The good news is that the Bright Futures scholarship uses a superscore. Superscores take the highest section scores from each test you submit in order to create the highest possible cumulative score for one particular exam type. (Quick note: you can't combine a section score from the ACT and another section score from the SAT since they're not the same exam types. You can, however, combine scores from three or four different SAT
Let's take a closer look at superscoring. For example, Dominique has taken the SAT two times. Here are his scores from each test:
- SAT Test 1
- Math: 500
- EBRW: 740
- Composite: 1140
- SAT Test 2
- Math: 550
- EBRW: 640
- Composite: 1190
The Bright Futures scholarship uses a superscore, which is a combination of Dominique's two highest subject test scores (even though he took the test twice on two separate occasions). That means Dominique's superscore is the combination of 550 (Math) and 740 (EBRW), which gives him a cumulative superscore of 1290.
So in this case, a superscore is the difference between qualifying for an FMS scholarship and an FAS scholarship—which can save you thousands of dollars in college tuition!
A few other important notes:
- You'll only need to submit scores from one standardized test—you don't need to meet score requirements for both the SAT and the ACT
- The SAT/ACT minimums do not include the writing section.
- All SATs/ACTs must be completed by June 30th of your graduation year.
- All service hours must be completed by your high school graduation in order to count toward the award.
Here are some alternative options for those who like to venture off the beaten path.
Other Ways to Qualify for the FAS or FMS Programs
If you’ve received academic recognition through some other program, you may be eligible for the Florida Bright Futures Scholarship programs even if you don’t meet a few requirements.
This chart outlines the eligibility requirements for scholars who have been recognized by any of the programs listed below. If a box is blank, that means that you would be exempt from that particular requirement.
|Program||Florida Scholarship||ACT/SAT Score Minimums||Service Hours Minimums|
|National Merit/National Achievement Finalists and Scholars||FAS||--||100 hours|
|National Merit/National Achievement Finalists & Scholars||FMS||--||75 hours|
|National Hispanic Scholars||FAS||--||100 hours|
|National Hispanic Scholars||FMS||--||75 hours|
|AICE Diploma||FAS||--||100 hours|
|AICE Diploma||FMS||--||75 hours|
|IB Diploma||FAS||--||75 hours|
|AICE Curriculum||FAS||29 or 1330||100 hours|
|AICE Curriculum||FMS||25 or 1210||75 hours|
|IB Curriculum||FAS||29 or 1330||100 hours|
|IB Curriculum||FMS||25 or 1210||75 hours|
Also: keep in mind that if you're working toward an IB Diploma or an AICE Diploma, you have to have earned it prior to high school graduation for it to count. For more information, be sure to check out this chapter in the Florida Bright Futures Scholarship handbook.
Gold Seal Vocational Scholars (GSV) Requirements
The GSV program is a bit less competitive in terms of its academic eligibility requirements than the FAS or FMS programs. Although this makes it a great fit for some students, keep in mind that the GSV award can only be used to fund a career education or certificate program—no four year college degrees.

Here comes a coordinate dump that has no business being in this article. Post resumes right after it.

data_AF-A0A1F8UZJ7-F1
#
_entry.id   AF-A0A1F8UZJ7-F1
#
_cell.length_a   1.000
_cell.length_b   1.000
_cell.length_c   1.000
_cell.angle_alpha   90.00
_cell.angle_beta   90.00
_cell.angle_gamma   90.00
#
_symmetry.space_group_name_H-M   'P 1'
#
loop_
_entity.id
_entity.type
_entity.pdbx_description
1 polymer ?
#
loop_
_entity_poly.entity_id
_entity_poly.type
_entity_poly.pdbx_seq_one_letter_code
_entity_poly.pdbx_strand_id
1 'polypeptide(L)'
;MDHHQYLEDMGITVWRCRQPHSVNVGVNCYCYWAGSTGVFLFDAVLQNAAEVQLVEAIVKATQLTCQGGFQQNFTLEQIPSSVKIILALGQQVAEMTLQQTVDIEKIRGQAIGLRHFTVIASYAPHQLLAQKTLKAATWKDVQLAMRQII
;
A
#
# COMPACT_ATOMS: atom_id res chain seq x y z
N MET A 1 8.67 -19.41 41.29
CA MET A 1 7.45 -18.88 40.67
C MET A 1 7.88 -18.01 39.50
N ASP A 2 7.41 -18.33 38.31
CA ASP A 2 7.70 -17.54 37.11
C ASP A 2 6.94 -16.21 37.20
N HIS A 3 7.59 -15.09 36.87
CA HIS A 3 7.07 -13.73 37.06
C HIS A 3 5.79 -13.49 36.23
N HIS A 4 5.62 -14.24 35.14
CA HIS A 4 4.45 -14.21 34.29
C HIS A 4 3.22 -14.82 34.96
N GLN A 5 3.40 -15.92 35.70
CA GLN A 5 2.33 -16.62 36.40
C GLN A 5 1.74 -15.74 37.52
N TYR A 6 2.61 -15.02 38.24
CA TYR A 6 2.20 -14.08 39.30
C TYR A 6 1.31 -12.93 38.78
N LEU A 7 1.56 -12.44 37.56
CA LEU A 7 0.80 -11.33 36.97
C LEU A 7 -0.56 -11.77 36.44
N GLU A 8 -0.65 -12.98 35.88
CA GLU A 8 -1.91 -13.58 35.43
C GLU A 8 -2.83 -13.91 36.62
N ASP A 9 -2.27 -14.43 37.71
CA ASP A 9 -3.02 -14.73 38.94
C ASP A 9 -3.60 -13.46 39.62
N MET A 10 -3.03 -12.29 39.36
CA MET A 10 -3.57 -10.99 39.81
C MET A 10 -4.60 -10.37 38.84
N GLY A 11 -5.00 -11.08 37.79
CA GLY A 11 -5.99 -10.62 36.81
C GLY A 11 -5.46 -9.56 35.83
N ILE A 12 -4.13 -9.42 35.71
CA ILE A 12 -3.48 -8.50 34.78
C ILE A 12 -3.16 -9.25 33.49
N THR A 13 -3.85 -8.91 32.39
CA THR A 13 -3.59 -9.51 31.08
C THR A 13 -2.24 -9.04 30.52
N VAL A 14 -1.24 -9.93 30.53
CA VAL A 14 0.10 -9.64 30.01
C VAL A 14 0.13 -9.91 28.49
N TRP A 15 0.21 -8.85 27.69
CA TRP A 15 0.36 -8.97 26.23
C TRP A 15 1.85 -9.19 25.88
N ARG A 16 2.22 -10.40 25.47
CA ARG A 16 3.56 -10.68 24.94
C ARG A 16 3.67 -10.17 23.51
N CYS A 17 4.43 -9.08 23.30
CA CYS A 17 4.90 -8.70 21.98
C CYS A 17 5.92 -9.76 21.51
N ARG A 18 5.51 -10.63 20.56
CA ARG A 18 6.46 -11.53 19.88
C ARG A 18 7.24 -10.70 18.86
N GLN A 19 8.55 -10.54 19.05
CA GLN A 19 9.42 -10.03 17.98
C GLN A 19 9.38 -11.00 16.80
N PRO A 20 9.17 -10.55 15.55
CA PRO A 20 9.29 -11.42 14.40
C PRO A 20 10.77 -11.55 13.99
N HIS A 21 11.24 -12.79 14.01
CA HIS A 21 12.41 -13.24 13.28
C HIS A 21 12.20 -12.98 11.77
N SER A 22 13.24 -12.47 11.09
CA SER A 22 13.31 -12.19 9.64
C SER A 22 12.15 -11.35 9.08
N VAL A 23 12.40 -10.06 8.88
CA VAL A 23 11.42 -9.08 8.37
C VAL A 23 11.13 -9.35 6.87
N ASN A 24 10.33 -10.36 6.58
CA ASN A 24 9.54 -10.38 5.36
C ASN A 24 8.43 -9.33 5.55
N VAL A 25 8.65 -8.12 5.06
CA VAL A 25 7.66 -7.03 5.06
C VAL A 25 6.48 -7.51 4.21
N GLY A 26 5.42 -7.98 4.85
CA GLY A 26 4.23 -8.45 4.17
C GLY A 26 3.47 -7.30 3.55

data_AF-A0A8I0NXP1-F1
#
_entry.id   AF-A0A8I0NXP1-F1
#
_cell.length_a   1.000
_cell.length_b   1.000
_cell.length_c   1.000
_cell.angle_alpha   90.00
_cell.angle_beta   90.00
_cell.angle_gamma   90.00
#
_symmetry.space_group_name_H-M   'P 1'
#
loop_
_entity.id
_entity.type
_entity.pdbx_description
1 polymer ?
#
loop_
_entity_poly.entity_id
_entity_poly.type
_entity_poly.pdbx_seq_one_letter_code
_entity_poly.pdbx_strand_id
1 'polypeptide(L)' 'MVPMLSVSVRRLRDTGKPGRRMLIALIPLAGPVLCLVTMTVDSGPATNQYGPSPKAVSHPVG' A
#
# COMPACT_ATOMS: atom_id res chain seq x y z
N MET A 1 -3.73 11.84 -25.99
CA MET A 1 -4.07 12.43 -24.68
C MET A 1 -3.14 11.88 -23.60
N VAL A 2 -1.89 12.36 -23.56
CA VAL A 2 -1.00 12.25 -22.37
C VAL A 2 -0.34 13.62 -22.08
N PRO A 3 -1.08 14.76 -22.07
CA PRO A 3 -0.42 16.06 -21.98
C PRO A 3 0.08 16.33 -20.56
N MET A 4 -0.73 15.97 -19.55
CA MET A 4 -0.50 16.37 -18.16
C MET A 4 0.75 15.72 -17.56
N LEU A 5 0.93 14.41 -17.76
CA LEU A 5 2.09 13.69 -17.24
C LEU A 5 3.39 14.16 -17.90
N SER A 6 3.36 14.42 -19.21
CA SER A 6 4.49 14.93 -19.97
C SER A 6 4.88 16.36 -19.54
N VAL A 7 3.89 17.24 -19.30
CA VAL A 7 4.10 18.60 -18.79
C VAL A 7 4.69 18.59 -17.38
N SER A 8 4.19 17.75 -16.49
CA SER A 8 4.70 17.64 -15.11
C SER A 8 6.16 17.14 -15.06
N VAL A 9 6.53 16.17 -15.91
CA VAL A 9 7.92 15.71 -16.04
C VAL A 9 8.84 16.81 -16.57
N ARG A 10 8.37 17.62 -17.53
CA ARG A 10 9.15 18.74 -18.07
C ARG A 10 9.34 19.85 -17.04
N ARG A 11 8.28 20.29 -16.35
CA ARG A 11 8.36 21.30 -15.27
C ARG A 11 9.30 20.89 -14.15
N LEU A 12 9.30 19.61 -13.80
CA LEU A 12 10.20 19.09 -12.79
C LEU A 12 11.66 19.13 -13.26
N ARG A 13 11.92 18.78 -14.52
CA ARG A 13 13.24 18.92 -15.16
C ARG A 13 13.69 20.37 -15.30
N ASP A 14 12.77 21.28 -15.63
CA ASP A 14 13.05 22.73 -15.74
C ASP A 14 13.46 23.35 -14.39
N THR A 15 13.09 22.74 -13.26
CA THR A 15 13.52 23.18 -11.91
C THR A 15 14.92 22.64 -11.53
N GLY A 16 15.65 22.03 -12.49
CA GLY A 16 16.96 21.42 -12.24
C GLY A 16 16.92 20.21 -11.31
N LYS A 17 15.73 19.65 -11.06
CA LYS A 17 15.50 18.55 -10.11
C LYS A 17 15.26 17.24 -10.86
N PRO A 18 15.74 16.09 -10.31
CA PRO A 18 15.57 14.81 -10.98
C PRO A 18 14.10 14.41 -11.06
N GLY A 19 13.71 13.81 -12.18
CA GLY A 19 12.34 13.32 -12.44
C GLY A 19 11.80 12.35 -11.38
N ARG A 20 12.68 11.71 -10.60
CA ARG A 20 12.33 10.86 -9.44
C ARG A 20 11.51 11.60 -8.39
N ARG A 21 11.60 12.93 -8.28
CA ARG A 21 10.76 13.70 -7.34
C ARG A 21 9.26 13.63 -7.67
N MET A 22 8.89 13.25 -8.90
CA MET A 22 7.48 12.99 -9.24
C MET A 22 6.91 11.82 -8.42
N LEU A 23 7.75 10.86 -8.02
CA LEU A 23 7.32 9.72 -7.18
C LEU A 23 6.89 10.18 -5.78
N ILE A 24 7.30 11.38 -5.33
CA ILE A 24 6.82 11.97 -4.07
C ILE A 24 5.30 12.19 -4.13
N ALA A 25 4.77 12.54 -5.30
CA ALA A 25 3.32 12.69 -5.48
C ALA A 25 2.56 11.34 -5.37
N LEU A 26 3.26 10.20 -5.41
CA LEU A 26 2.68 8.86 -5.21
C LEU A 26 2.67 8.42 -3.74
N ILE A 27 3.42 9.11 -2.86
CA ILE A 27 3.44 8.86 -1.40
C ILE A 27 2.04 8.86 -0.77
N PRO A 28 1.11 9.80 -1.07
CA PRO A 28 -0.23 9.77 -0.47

In order to qualify for the GSV program, you must meet all of the following criteria:
- Must have a minimum weighted 3.0 GPA in non-elective high school courses
- Must complete 30 service hours by high school graduation
- Must take at least three full credits in a single career and technical education program
- Must achieve a minimum 3.5 unweighted GPA in your career education classes
- Must achieve the minimum score on the ACT, SAT, or P.E.R.T. test (see below)
If you’ve taken both the SAT and the ACT, you unfortunately can’t mix and match section subscores between the two tests to meet minimums; you can, however, superscore across multiple test dates for the same test. (See the section above for more details.) All minimums must be met for either the SAT or ACT...but ultimately, you only have to take either the SAT or the ACT, not both!
This chart outlines GSV test score minimums:
|EXAM TYPE||SUBTEST||REQUIRED SCORE|
|Writing and Language Test||25|
Gold Seal CAPE Scholars (GSC)
The Florida Gold Seal CAPE Scholars program, or GSC, is awarded to students who are enrolled in career education or career certificate programs that earn associates degrees and want to continue on to earn a Bachelor of Science degree. To qualify for the GSC, you must:
- Earn a minimum of five postsecondary credit hours through CAPE industry certifications (that count toward college credit)
- Complete 30 service hours
Students who meet these requirements can earn funding for a maximum of 60 credit hours put toward earning a Bachelors of Science degree or a Bachelors of Applied Science degree.
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Special Circumstances: What If You Don't Think You Qualify?
Feeling left out of all the scholarship fun? You could still be eligible!
As you can see, the eligibility requirements for the Florida Bright Futures awards are quite specific. Perhaps fortunately for you, there are just as many exceptions to these rules as there are actual rules. If you were homeschooled, have a GED, or live out of state, you still might qualify for the award even given the stringent criteria described above.
If you were homeschooled and don't have a Florida state standard diploma, you still may qualify for a Bright Futures award if you're registered with the district for the current and prior academic year and meet all the general requirements for Bright Futures. You can also qualify as a GED Diploma recipient (see below).
In order to qualify for a Bright Futures award as a GED student, you must meet the coursework requirements and GPA requirements outlined at the beginning of this post before taking the GED exam. The process of applying or qualifying for an award won't be much different than that of a student with a standard high school diploma. Just keep in mind that your eligibility for a scholarship will be determined in the academic year in which your GED is earned.